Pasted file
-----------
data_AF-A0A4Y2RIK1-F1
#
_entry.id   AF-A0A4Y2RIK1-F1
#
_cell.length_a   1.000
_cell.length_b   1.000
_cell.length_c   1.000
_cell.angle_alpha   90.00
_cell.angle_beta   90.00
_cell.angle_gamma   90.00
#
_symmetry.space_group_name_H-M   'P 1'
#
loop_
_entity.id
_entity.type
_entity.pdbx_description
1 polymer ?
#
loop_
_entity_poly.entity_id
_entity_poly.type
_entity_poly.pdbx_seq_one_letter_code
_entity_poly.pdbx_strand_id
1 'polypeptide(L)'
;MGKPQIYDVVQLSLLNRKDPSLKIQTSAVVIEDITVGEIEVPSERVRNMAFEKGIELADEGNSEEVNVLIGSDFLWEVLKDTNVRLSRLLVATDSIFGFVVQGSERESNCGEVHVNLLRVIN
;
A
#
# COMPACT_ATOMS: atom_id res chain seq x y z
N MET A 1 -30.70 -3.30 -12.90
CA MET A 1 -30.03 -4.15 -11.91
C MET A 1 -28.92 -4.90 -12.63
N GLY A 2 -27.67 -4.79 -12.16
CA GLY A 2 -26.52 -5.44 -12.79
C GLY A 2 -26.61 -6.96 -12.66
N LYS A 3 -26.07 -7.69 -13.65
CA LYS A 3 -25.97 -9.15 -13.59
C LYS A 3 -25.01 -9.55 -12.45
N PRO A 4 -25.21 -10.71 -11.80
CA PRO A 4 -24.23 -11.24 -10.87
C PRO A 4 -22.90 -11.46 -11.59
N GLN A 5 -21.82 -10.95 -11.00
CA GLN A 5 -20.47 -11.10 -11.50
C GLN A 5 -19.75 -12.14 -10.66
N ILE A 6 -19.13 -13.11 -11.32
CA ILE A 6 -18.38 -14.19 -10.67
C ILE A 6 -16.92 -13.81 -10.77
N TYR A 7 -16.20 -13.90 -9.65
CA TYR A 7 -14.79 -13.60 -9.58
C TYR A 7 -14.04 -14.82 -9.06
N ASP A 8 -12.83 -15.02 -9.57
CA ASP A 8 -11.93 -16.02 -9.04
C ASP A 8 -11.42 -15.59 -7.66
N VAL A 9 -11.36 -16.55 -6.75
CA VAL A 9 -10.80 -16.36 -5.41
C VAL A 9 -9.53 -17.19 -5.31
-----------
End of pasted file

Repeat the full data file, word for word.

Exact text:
data_AF-A0A4Y2RIK1-F1
#
_entry.id   AF-A0A4Y2RIK1-F1
#
_cell.length_a   1.000
_cell.length_b   1.000
_cell.length_c   1.000
_cell.angle_alpha   90.00
_cell.angle_beta   90.00
_cell.angle_gamma   90.00
#
_symmetry.space_group_name_H-M   'P 1'
#
loop_
_entity.id
_entity.type
_entity.pdbx_description
1 polymer ?
#
loop_
_entity_poly.entity_id
_entity_poly.type
_entity_poly.pdbx_seq_one_letter_code
_entity_poly.pdbx_strand_id
1 'polypeptide(L)'
;MGKPQIYDVVQLSLLNRKDPSLKIQTSAVVIEDITVGEIEVPSERVRNMAFEKGIELADEGNSEEVNVLIGSDFLWEVLKDTNVRLSRLLVATDSIFGFVVQGSERESNCGEVHVNLLRVIN
;
A
#
# COMPACT_ATOMS: atom_id res chain seq x y z
N MET A 1 -30.70 -3.30 -12.90
CA MET A 1 -30.03 -4.15 -11.91
C MET A 1 -28.92 -4.90 -12.63
N GLY A 2 -27.67 -4.79 -12.16
CA GLY A 2 -26.52 -5.44 -12.79
C GLY A 2 -26.61 -6.96 -12.66
N LYS A 3 -26.07 -7.69 -13.65
CA LYS A 3 -25.97 -9.15 -13.59
C LYS A 3 -25.01 -9.55 -12.45
N PRO A 4 -25.21 -10.71 -11.80
CA PRO A 4 -24.23 -11.24 -10.87
C PRO A 4 -22.90 -11.46 -11.59
N GLN A 5 -21.82 -10.95 -11.00
CA GLN A 5 -20.47 -11.10 -11.50
C GLN A 5 -19.75 -12.14 -10.66
N ILE A 6 -19.13 -13.11 -11.32
CA ILE A 6 -18.38 -14.19 -10.67
C ILE A 6 -16.92 -13.81 -10.77
N TYR A 7 -16.20 -13.90 -9.65
CA TYR A 7 -14.79 -13.60 -9.58
C TYR A 7 -14.04 -14.82 -9.06
N ASP A 8 -12.83 -15.02 -9.57
CA ASP A 8 -11.93 -16.02 -9.04
C ASP A 8 -11.42 -15.59 -7.66
N VAL A 9 -11.36 -16.55 -6.75
CA VAL A 9 -10.80 -16.36 -5.41
C VAL A 9 -9.53 -17.19 -5.31